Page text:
Renaissance ends as Charles Dale widens his range | AspenTimes.com

Renaissance ends as Charles Dale widens his range

Stewart Oksenhorn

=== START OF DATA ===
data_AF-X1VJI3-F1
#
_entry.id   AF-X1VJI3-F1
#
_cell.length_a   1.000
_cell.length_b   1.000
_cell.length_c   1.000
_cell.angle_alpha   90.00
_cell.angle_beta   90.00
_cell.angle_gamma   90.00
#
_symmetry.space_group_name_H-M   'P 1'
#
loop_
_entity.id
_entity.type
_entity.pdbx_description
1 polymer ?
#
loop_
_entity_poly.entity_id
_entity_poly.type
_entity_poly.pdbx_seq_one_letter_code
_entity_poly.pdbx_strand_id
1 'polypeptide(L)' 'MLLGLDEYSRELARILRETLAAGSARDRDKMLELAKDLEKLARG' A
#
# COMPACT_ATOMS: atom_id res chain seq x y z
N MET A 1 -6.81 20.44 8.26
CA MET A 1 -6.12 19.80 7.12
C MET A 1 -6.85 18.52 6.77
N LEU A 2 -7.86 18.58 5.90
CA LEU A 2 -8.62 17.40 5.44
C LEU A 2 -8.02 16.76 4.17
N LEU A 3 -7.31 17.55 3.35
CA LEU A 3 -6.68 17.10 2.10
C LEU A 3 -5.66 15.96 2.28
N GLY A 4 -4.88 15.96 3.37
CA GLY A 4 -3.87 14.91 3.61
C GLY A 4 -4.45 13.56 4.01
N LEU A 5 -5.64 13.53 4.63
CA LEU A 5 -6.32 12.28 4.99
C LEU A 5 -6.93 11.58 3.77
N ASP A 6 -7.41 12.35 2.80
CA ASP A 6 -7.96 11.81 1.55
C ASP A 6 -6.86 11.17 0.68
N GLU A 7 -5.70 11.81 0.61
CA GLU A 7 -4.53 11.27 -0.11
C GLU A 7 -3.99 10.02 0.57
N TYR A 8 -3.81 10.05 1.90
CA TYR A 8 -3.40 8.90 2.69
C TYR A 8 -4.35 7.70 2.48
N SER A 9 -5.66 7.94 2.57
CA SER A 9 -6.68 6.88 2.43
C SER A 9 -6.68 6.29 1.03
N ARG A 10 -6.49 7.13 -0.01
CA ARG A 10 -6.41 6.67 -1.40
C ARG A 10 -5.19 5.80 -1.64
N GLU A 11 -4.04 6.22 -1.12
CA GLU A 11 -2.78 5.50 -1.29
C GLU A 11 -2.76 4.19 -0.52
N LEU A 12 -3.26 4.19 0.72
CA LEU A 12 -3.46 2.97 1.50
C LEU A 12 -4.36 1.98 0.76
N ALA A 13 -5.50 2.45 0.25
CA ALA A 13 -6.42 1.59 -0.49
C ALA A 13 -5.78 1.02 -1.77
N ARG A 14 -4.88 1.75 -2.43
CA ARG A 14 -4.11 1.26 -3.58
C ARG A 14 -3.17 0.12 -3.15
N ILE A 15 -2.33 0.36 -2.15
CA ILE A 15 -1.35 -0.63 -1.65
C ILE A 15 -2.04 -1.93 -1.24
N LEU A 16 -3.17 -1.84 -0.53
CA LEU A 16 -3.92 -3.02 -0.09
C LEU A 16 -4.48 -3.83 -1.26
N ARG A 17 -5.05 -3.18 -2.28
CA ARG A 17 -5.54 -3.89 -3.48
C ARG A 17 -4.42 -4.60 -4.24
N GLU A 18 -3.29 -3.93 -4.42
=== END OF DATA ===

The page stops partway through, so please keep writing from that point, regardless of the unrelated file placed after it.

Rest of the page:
In the 13 years since he opened Renaissance restaurant, Charles Dale has seen changes – in Aspen, in the world of food and wine, and in himself. Accordingly, Dale has decided the time has come to bring change to his restaurant.Renaissance will serve its last meals – sophisticated French-inspired cuisine that has earned Dale numerous accolades and altered the idea of dining in Aspen – on April 19. When the doors open again in early June, diners will see a remodeled space, a transformed menu, lower prices and a new name: Range.Dale’s new restaurant, which he will co-own with his current business partner, Rob Ittner, will have some surprises for fans of Renaissance. Virtually all of the main ingredients will come from the American West, from the Rockies to California to the Northwest. Dishes will feature salmon from Alaska’s Copper River, Oregon morels and Idaho trout. The regional twist extends to the wines: Range will feature an all-American wine list, which Dale calls “a huge step for me. Huge.” The upstairs space – formerly the R Bar and currently a private dining room – will become a bar and lounge with a grazing menu, tentatively named Graze (or Grey’s, after Western writer Zane Grey, in keeping with the regional theme). Dale intends to retain his current executive chef, Jason Tostrup.It has been a range of factors that have led to the change. Since opening his second restaurant, the French country bistro-inspired Rustique, in 2000, Dale has enjoyed catering more to the masses than to the elite, whom Renaissance attracted. He has also seen dining tastes move toward the simpler fare. And the state of the world seems to have engendered a patriotic streak in Dale, who was born in the south of France, where his father was an American diplomat. An American-focused cuisine is the best way for Dale to express those sentiments. As much as anything, however, the switch reflects changes in Dale’s own tastes. The last few years have brought two children to Dale and his wife, Aimee, and an accompanying change in lifestyle. Dale wanted to bring the food he served more in line with his life.”My tastes have changed,” said the 45-year-old Dale, whose kitchen training includes stints at Le Cirque in New York and Leon de Lyon in France. “I’m more interested in getting the full experience of a few elements than a lot of complicated things. Maybe my children have taught me to enjoy more simple things. I love a great steak, a simple roast chicken. “I believe you have to be true to yourself. You can only create within the boundaries that are true for you.”Dale is insistent that a move to the basics of food won’t mean abandoning the innovation and excellence that have earned Renaissance a Wine Spectator Award of Excellence and a Zagat rating as one of the 100 best restaurants in America. At Range, simple translates into such dishes as bacon-roasted trout with a bean “stew,” mustard-seared sirloin steak with potato and mushroom hash, and chocolate cherry bread pudding. “I fully intend for the food at Range to be of equal quality” as at Renaissance, said Dale. “It will still have a trademark of innovation.”The particular kind of success Dale has experienced at Rustique has served as a guide. With its unfussy French country cuisine and prices considerably less than at Renaissance, Rustique has earned a following from a wider spectrum of diners than Dale ever saw at Renaissance. And Dale learned that the kind of food Rustique offered could still earn him attention from the foodie crowd: Rustique was named one of the best new restaurants of 2000 by Esquire magazine’s John Mariani. Rustique reinvented Dale as a chef for the people, a role he hopes to expand with Range.”I realized, in opening Rustique, you can do simple food, and people will flock to it and enjoy it more often,” he said. “We want to be in touch with people. At Renaissance, we made an elite few happy often and others happy on their birthdays or anniversaries. We’ve been the special-occasion restaurant in Aspen, and that was a great niche to have. That’s probably the hardest thing to let go of.”What’s important now is to be a meaningful restaurant in a different way. And that means attracting more people in on a nightly basis.” Kissing goodbye to Renaissance, a move Dale has been contemplating for two years, means shedding an impressive 13-year history. In 1995, Dale was named one of the 10 Best New Chefs in America by Food & Wine magazine. Perhaps as important to Dale, the opening of Renaissance changed Aspen’s dining landscape. Dale notes that there were fine restaurants in Aspen before his arrival – Syzygy, Pions – but Renaissance, he says, “upped the ante. People came to Aspen as a culinary destination.” Dale claims the change is not primarily business motivated; he notes that this year’s numbers are up over last year’s. And he doesn’t believe Renaissance has slipped in quality. Instead, Dale says that Renaissance, the first restaurant he opened, has hit its peak. Which means it’s time to change course.”They say that every seven years, you’re supposed to reinvent yourself,” he said. “So we’ve gone through almost two cycles.”

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